Customization Basics

If our ready-made eye designs don’t meet your needs, you can personalize quite a bit by editing a text file and providing some graphics.

On startup, our eyeball code loads a file called config.eye from the device’s root directory. This is a plain-text file that any simple editor can handle…Notepad, TextEdit, vim and so forth.

You wont be able to double-click this file, so open it from WITHIN your text editor

The syntax of this file is a format called JSON. There’s good and bad news…

The good: JSON has a standardized syntax and we can leverage existing code to read it…we’re not starting from scratch with a new file format.

The bad: JSON files are really meant to be read and written by machines, as a way to preserve program state…not edited by humans. It’s phenomenally picky about getting syntax just right and does not fall back gracefully.

The saving grace: if you’re just changing colors and textures, you might not need to edit this file at all! Quite often you can just substitute different graphics files with the same names.

Troubleshooting JSON

If even a single character is out of place in config.eye, the whole thing will fail to load and there’s no helpful indication of where the problem lies.

If this happens, the eyes will run in a default state: blue eyes with no eyelids, and everything is “flat” colors, no textures. This isn’t helpful in isolating the problem but at least tells you there is a problem.

One way to troubleshoot this is to start with a known valid eye configuration, then change one setting at a time and restart the code. If the eyes revert to the default state, the last change contains the syntax error. Quite often it’s just a missing double quote or extra comma.

Another option is to use a JSON validator such as this one at hjson.org. Copy-and-paste your eyeball configuration into the left pane…if there’s a problem, this will be reported on the right.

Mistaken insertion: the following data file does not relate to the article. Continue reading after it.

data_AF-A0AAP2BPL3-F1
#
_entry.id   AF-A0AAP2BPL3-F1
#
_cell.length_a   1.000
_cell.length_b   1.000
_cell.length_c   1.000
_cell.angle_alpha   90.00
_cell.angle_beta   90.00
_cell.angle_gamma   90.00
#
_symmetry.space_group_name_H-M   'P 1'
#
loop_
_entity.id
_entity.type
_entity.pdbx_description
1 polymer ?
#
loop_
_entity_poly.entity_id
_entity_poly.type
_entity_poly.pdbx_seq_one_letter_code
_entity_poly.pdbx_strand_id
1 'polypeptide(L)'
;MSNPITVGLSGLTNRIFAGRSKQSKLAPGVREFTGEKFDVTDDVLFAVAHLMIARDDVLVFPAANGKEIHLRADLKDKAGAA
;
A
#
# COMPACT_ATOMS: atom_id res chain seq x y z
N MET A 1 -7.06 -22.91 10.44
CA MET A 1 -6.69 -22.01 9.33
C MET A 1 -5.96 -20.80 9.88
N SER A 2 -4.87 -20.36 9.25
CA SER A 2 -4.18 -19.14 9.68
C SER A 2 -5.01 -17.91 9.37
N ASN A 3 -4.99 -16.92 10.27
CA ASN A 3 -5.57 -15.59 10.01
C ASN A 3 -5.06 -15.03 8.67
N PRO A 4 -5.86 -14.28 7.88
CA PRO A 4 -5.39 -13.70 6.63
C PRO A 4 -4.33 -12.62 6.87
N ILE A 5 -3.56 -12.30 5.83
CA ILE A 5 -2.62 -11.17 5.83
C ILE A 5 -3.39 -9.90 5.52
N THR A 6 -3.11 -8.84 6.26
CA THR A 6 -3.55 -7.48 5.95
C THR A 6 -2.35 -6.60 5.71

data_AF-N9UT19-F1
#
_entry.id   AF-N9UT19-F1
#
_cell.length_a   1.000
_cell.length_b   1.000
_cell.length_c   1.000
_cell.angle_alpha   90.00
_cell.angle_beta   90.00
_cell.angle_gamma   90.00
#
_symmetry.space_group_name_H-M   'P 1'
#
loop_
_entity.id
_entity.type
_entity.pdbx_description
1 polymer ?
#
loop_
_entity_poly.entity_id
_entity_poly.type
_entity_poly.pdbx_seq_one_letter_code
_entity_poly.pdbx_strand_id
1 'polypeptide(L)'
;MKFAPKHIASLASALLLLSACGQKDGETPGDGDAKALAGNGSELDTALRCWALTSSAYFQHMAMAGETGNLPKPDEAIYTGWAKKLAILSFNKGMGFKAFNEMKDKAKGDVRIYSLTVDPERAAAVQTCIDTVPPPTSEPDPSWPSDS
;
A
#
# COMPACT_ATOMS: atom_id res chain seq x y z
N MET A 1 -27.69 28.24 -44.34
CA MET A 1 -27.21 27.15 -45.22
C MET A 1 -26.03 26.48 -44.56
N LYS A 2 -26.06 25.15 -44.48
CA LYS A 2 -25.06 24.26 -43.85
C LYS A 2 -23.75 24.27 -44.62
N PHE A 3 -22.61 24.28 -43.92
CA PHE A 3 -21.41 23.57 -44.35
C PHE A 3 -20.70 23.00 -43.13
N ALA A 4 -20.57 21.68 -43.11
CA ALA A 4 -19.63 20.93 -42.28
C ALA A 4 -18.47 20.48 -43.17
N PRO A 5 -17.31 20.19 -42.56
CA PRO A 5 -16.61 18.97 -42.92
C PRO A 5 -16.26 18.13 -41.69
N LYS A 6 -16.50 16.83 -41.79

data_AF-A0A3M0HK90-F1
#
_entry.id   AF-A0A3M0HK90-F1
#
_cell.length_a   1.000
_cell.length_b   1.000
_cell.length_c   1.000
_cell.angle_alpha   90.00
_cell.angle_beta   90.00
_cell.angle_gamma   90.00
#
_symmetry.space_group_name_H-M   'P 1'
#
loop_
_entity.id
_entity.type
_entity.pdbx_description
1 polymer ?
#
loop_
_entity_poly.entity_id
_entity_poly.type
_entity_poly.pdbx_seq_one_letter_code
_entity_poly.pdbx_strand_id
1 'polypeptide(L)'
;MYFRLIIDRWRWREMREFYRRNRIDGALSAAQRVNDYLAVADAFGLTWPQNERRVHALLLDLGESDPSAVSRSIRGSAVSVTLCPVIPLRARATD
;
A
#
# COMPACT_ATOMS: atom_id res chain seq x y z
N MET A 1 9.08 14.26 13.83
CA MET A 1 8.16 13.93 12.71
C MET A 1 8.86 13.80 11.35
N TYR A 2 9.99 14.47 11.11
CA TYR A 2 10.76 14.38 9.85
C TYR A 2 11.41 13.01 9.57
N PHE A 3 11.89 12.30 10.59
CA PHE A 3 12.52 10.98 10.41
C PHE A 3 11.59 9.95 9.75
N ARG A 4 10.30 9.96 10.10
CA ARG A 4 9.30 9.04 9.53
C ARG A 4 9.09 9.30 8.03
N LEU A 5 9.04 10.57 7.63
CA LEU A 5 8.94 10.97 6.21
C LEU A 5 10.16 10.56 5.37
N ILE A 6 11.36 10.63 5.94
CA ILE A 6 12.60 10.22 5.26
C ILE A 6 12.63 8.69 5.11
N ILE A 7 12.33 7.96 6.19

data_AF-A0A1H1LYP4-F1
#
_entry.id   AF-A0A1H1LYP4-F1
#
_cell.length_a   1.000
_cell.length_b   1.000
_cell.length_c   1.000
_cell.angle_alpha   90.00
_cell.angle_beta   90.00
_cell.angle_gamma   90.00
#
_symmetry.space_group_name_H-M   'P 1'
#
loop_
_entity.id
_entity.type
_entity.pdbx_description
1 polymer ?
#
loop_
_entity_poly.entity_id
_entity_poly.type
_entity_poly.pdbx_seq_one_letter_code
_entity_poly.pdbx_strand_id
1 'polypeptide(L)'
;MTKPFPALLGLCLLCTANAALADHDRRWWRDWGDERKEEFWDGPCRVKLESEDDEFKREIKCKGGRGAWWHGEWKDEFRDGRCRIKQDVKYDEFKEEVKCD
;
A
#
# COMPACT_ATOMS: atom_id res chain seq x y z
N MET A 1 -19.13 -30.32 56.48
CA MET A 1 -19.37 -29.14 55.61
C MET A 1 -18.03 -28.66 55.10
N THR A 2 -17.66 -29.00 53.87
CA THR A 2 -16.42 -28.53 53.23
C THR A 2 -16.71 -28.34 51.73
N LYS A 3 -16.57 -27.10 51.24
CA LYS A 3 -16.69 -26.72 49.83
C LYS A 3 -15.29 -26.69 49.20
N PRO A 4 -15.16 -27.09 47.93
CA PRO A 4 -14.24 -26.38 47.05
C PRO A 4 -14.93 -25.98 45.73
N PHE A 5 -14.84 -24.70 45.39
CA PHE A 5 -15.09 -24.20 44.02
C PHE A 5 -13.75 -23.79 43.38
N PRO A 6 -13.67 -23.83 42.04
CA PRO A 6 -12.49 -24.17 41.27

Here’s an simple config.eye file to start with:

Download: file
{
  "pupilColor"    : [ 0, 0, 0 ],
  "backColor"     : [ 140, 40, 20 ],
  "irisTexture"   : "graphics/iris.bmp",
  "scleraTexture" : "graphics/sclera.bmp",
  "upperEyelid"   : "graphics/upper.bmp",
  "lowerEyelid"   : "graphics/lower.bmp"
}

Some things to notice:

  • The whole thing is contained within curly braces{ and }
  • Each item has a name (always in quotes), a colon separator: ) and a value. Values might be numbers, strings (in quotes) or arrays (in square brackets) depending on what’s being configured.
  • This is a list and each line ends with a commaexcept for the last item in the list. Watch out for missing or surplus commas!
  • JSON is case-sensitive. "Foo", "foo" and "FOO" are all different things.
  • Using extra spaces to line up columns really isn’t necessary, just something I do to assist with legibility. Some folks just find it annoying.
  • Comments (starting with // ) are not standard JSON syntax, but the library we use allows them and I find them very helpful.

Each option will be explained in detail on the “Configurable Settings” page. But first let’s talk about graphics

This guide was first published on Aug 20, 2019. It was last updated on Aug 20, 2019. This page (Customization Basics) was last updated on Feb 20, 2020.